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There are some things that could be improved upon to make the riflescope easier to use and enhance the ability of the-end user to manipulate it. First, an illuminated reticle for the ATN1500 laser rangefinder so it can be utilized more effectively at night. It is an accurate rangefinder that compared favorably to both of mine and several others of my shooting buddies. The riflescope has a night mode; so should the rangefinder. In that vein, don’t forget to turn OFF the ballistic compensation feature at night, because you cannot effectively aim the non-illuminated reticle in the rangefinder so you cannot be sure that you have actually ranged your intended target. Therefore, the applied compensation may not work out very well when shooting sub-sonic cartridges at any range beyond 100 yards especially if you utilize a 50 yard zero.

Secondly, The extended battery life package should have been standard equipment. The four AA batteries that fit inside the optic run dead in about three and a half hours at 75 degrees. Buy the extended battery life package, as it allows about 24 hours of continuous operation. I wouldn’t waste a trip to the woods in winter if all you have are the double A batteries.

Third, the ATN IR850 Pro is TOTALLY worth the extra cost if you intend to do any night shooting beyond about 70 yards, I did not like the standard IR light, I found it to be inadequate and quickly saw the utility of the IR850 Pro. Once the IR 850 Pro went on the riflescope the standard light was relegated to the bag.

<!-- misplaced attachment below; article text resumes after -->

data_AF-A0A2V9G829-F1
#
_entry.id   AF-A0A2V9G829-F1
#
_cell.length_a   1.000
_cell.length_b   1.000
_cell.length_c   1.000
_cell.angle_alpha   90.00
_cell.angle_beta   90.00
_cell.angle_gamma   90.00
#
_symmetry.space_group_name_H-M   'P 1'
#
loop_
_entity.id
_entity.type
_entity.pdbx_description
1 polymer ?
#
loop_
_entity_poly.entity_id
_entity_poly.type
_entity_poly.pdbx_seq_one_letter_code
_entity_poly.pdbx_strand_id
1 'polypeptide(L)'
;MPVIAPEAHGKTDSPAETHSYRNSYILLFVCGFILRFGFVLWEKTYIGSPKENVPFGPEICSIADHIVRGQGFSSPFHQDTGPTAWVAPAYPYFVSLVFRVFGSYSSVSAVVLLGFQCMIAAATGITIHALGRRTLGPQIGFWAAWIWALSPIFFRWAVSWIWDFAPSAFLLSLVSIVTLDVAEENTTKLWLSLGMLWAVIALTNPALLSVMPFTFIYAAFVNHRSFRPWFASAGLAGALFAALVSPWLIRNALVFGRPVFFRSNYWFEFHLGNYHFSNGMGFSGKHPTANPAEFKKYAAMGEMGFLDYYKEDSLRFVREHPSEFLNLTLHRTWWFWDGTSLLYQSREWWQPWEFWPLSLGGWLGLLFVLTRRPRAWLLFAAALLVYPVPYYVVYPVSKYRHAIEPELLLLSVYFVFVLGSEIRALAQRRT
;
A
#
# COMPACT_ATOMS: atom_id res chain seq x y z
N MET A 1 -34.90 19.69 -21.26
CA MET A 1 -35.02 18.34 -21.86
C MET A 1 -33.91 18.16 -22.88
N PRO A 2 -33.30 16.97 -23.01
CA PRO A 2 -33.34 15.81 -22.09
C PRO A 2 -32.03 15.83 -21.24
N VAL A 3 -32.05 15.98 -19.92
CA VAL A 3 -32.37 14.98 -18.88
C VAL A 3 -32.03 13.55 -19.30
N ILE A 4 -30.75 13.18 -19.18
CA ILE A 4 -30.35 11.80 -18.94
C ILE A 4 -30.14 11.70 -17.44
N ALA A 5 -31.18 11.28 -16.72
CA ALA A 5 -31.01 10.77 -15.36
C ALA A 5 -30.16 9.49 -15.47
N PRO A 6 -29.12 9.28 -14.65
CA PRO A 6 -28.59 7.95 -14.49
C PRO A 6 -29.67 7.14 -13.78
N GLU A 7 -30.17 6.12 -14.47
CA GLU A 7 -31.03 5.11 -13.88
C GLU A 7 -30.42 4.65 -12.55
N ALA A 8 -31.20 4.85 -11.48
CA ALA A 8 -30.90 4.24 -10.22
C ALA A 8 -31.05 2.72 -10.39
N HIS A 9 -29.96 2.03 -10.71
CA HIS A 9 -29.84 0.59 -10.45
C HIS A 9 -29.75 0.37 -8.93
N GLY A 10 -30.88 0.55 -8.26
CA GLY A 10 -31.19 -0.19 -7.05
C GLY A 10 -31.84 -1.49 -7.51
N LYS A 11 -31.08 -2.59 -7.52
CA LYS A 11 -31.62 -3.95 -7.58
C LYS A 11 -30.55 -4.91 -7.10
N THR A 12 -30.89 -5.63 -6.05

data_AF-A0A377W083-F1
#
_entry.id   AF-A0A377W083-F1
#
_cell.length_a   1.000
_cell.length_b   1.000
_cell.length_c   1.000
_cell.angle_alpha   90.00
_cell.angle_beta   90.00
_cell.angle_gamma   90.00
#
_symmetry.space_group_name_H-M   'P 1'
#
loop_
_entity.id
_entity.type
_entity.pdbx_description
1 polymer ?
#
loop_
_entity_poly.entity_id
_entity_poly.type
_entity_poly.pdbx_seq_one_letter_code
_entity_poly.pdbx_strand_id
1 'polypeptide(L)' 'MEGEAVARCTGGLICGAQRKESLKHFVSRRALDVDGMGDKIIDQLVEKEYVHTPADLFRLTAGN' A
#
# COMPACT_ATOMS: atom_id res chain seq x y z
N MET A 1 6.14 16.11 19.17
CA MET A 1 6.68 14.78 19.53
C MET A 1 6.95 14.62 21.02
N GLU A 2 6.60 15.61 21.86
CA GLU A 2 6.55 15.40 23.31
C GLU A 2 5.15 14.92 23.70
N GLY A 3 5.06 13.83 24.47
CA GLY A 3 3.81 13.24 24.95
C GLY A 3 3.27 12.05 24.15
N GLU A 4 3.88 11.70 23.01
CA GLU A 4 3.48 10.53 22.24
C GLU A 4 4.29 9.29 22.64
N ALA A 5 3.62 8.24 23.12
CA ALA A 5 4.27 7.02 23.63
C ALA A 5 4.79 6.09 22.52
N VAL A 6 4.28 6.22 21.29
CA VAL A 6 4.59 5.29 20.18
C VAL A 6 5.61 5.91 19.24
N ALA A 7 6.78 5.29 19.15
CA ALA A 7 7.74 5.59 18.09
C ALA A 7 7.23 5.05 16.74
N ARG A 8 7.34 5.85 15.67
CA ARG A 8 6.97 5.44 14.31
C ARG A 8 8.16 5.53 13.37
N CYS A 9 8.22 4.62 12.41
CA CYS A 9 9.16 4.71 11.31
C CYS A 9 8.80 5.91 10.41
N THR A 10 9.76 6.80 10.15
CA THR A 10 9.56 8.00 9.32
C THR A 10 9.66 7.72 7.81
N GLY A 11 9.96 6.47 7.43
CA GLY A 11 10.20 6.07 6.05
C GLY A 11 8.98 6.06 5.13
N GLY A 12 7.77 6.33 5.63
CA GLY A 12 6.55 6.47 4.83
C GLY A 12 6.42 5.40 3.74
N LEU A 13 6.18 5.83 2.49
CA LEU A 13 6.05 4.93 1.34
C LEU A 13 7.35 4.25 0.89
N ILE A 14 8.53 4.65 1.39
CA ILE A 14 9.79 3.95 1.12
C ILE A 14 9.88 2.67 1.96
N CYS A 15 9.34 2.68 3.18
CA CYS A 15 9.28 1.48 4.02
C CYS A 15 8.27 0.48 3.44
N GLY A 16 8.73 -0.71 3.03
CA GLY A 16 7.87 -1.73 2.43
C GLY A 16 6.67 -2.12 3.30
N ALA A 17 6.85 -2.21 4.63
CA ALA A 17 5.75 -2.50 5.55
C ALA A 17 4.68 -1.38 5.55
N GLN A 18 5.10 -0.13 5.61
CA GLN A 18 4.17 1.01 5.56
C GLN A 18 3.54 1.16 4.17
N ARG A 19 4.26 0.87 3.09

Fourth, the remote controller, I have mixed feelings about the remote controller. On the one hand, it adds utility to the system. On the other hand, battery life is limited, and when the remote runs out of power there is no warning as there is battery level indicator. Carry at least one spare battery if you want to be sure it will work.

Fifth, this setup is not light. With the remote controller, extended battery life package, the IR 850 Pro and the scope, you’re adding over five pounds to your rifle.

Lastly, this optic does a lot of things and therefore takes a lot of user input to make it do what you want it to do. It can be a bit fiddly to get through all the menus, choices and options. Unless you are very technologically savvy, it is going to take some time to get to know the riflescope system and make it do everything you want it to. The night before leaving for deer camp is not going to cut it. It is a computer that has riflescope features, not a riflescope with computerized features. Govern yourself accordingly.